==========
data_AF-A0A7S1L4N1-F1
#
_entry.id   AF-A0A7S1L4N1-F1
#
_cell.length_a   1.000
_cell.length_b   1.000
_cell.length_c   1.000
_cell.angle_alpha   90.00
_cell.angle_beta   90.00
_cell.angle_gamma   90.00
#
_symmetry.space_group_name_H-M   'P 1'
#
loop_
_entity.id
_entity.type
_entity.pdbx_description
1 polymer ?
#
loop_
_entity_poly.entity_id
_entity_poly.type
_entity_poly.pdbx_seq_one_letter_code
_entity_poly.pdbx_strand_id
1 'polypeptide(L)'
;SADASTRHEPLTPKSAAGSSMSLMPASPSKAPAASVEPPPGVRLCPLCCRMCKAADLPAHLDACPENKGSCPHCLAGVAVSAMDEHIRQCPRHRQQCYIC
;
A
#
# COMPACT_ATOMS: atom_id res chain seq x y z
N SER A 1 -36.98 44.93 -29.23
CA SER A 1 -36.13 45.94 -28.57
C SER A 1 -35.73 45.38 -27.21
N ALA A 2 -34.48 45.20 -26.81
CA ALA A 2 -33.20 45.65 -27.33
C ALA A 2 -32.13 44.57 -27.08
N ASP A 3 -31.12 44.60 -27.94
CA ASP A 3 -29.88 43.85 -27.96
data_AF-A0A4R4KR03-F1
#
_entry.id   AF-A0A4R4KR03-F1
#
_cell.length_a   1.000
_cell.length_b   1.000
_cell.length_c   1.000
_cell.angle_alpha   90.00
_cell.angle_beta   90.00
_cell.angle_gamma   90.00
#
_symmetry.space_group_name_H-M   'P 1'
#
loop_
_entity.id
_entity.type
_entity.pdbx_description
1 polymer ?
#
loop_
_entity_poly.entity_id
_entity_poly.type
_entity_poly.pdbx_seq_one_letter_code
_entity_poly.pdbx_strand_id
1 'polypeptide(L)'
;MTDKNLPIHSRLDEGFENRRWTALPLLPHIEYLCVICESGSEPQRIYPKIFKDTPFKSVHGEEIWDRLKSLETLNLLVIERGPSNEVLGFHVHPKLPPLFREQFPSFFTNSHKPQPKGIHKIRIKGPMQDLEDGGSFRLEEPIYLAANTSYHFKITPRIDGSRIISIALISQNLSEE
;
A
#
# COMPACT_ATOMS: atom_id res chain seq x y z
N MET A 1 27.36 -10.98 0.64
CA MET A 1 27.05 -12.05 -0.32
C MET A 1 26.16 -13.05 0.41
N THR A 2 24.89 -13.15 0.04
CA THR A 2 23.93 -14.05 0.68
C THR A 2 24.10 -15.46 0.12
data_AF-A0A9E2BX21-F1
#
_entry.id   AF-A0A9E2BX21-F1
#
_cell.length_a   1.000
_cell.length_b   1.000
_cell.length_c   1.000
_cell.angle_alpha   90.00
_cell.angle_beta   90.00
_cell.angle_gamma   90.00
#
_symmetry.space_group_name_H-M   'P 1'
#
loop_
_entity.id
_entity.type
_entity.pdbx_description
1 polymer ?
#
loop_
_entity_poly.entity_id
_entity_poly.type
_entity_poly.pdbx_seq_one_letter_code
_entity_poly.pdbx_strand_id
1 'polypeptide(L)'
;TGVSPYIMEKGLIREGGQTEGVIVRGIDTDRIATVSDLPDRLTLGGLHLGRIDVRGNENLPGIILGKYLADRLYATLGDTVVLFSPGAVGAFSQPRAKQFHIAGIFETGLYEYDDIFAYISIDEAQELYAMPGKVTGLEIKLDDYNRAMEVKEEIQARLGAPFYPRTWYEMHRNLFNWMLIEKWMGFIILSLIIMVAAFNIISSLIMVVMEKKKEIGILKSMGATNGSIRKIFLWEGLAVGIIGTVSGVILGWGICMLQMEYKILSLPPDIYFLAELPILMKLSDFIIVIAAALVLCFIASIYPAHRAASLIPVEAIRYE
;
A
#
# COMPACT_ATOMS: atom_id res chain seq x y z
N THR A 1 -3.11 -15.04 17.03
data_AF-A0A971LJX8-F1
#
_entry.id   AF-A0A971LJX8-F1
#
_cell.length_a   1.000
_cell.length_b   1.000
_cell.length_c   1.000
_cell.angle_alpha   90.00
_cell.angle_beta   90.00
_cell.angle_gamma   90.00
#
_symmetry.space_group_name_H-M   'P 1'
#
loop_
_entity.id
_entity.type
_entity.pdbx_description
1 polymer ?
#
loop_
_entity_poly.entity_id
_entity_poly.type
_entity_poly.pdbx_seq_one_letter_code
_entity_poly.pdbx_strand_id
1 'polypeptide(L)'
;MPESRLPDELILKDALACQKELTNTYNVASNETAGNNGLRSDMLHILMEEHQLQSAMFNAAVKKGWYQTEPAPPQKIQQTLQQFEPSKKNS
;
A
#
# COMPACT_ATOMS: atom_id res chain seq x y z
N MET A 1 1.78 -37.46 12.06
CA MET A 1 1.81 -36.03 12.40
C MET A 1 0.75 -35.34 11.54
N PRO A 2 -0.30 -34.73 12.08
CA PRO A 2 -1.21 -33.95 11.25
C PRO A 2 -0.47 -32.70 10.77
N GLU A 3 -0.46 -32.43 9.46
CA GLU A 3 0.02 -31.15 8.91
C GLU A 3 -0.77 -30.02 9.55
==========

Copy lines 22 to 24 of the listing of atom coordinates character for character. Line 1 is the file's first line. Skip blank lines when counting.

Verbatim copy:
_entity_poly.type
_entity_poly.pdbx_seq_one_letter_code
_entity_poly.pdbx_strand_id